NEW ZEALAND – Canterbury Earthquakes 2010 – 2011

On 4 September 2010, the Canterbury Region of New Zealand was rocked by a shallow 7.1 magnitude earthquake, 38km west of Christchurch City Centre. This triggered a sequence of major earthquakes, travelling east through the centre of the city and out into the Pacific Ocean.
On 22 February 2011, a high intensity 6.3M earthquake occurred just 5km beneath the Port Hills on the southern outskirts, leading to widespread destruction within the city and 185 fatalities.

The extremely high provision of insurance cover and multiple overlapping events created a uniquely challenging and complex situation, well beyond the experience and capacity of the local market.

FitzGerald Consulting was engaged by several major international Insurers and Reinsurers over the following five years to provide technical advice, claims management, loss adjusting and operational guidance.

Bev FitzGerald has been a guest speaker at several national and international conferences, talking on this subject, including both Holland and Kazakhstan in early 2017.


  • Christchurch is largely constructed on saturated alluvial deposits on the east coast of New Zealand’s South Island.
  • 4 September 2010 – 7.1M earthquake 10km deep and 38km west of Christchurch City Centre.
  • 26 December 2010 – 4.9M earthquake, whilst not of high magnitude, 5km deep directly under the city.
  • 22 February 2011 – 6.3M earthquake of high local intensity, 5km deep and 10km South East, causing major devastation in the central city and killing 185.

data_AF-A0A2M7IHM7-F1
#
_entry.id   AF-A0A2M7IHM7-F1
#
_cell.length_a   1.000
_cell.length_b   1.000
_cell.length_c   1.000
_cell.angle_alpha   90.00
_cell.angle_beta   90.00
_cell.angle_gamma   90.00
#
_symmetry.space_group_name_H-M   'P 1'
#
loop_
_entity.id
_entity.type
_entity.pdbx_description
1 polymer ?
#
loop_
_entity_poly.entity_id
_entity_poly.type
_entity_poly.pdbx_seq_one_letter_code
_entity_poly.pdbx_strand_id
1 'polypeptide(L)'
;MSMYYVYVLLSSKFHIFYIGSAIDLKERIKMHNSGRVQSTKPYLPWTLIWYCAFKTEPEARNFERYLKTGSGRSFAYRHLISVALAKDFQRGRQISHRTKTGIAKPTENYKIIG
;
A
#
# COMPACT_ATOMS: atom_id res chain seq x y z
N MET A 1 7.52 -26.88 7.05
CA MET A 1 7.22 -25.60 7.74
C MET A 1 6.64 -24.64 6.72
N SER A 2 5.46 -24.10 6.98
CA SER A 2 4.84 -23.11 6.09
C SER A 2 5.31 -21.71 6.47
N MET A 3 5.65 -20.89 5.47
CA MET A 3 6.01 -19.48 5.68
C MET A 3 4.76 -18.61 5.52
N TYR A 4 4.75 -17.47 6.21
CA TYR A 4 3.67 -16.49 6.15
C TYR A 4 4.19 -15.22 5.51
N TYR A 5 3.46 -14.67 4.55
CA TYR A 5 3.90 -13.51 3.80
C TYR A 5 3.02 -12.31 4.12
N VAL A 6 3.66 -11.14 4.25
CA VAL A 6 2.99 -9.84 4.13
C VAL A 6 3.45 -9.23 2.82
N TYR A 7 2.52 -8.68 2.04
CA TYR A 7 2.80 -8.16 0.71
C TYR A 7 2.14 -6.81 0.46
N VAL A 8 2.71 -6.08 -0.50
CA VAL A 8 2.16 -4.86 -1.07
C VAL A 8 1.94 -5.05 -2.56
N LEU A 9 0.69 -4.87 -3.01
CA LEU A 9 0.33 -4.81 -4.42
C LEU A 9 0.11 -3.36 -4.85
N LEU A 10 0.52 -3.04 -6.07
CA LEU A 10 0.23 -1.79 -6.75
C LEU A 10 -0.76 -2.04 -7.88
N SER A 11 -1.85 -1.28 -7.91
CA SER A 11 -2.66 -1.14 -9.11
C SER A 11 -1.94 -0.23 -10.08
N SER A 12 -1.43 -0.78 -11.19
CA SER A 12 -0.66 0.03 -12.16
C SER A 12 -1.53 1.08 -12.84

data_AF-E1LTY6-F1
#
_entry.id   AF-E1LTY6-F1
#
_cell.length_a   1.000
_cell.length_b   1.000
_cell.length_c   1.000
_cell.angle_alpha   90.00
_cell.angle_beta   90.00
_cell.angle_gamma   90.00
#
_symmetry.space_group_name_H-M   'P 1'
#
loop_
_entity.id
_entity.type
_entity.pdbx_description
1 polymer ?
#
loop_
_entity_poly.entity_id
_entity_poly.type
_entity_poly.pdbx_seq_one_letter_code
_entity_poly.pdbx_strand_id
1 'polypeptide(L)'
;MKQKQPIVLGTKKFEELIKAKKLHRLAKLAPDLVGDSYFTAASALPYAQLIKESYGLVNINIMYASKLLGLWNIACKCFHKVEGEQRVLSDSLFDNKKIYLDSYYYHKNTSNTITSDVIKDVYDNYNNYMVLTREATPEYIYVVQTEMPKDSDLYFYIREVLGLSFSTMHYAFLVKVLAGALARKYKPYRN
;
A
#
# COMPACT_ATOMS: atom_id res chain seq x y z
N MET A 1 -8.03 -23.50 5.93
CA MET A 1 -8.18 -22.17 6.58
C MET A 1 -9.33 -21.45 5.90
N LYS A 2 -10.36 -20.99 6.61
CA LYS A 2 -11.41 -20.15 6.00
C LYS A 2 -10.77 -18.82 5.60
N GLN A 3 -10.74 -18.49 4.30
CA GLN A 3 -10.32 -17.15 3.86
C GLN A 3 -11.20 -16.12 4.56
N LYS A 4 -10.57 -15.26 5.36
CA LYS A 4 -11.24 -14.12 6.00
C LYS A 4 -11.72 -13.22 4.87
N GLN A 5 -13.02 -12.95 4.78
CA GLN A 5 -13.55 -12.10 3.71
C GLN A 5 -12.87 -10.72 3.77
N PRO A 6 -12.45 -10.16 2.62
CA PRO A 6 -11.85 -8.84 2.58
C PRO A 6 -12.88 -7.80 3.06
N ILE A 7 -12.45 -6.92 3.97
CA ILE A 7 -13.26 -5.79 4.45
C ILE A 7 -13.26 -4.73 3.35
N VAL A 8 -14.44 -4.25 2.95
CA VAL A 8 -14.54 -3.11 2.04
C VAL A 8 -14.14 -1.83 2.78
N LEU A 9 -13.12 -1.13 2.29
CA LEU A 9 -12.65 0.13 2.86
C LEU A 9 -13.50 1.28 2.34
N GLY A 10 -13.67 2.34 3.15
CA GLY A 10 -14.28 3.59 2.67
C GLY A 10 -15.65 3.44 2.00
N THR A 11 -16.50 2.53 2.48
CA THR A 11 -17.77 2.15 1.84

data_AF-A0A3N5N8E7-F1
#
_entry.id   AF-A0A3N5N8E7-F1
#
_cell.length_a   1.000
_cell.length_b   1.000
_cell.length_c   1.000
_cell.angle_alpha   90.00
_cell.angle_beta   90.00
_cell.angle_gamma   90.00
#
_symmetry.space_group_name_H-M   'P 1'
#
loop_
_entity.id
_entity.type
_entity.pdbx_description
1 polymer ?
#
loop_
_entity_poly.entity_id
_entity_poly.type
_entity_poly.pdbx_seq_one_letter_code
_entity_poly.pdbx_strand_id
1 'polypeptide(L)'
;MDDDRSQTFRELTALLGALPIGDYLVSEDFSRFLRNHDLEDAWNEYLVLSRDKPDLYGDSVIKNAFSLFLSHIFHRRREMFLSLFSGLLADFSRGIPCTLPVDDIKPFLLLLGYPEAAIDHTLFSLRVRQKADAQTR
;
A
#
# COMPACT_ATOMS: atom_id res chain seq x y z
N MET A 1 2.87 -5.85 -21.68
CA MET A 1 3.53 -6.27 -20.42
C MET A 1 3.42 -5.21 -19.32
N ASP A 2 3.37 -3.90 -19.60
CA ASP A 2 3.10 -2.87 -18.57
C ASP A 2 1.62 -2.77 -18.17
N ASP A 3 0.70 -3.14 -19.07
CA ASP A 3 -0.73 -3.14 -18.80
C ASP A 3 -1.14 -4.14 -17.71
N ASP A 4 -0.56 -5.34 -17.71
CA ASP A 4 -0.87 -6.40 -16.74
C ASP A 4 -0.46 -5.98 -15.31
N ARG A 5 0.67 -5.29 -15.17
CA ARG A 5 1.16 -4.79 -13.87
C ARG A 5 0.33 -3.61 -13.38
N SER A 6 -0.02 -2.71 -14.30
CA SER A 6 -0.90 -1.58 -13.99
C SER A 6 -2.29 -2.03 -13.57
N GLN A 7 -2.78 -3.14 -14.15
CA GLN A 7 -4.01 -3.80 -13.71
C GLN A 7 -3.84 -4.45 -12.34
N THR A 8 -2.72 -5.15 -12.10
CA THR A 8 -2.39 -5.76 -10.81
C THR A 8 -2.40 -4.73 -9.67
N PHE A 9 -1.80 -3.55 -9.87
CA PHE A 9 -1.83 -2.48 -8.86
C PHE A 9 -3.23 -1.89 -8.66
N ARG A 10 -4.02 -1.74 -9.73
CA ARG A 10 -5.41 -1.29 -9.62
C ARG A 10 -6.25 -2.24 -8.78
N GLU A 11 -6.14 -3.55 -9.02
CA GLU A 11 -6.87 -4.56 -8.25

• 13 June 2011 – 6.4M earthquake of high local intensity, 5km deep and 10km East South East.
  • 23 December 2011 – 6.2M earthquake, 7km deep and 10km East.
  • There were thousands of smaller aftershocks after each event.
  • New Zealand was a uniquely well insured seismically active location.
  • Distance and time difference between NZ and the main underwriting centres of UK, Europe, USA, Japan, Bermuda, Singapore etc. was an issue.
  • There was considerable overlap between damage from multiple events, partially repaired and/or inadequately assessed between each event.
  • Multiple primary policy and reinsurance periods were effected.
  • Insurers and reinsurers changed between events.
  • Domestic property was uniquely insured from ground up though bottom layer cover provided under a compulsory government scheme under the Earthquake Commission Act, which also covered damage to land.
  • When the first earthquake struck, the Earthquake Commission had only 22 staff in the whole of New Zealand. It received more than 400,000 claims on almost 200,000 properties.
  • The entire central city was cordoned off immediately after the 22 February 2011 event and not fully reopened for public access until 30 June 2013, 859 days later. Even then, several buildings remained individually fenced off, including Christ Church Cathedral.
  • The majority of buildings within the central city were demolished, not always due to the extent of earthquake damage, but through a commercial desire of landlords to rebuild to the new code.
  • The local insurance policy wordings were poorly drafted.
  • The technical and financial challenges for the insurance market were immense.
  • Local NZ claims operations, adjusters, engineers, surveyors etc. were completely overwhelmed.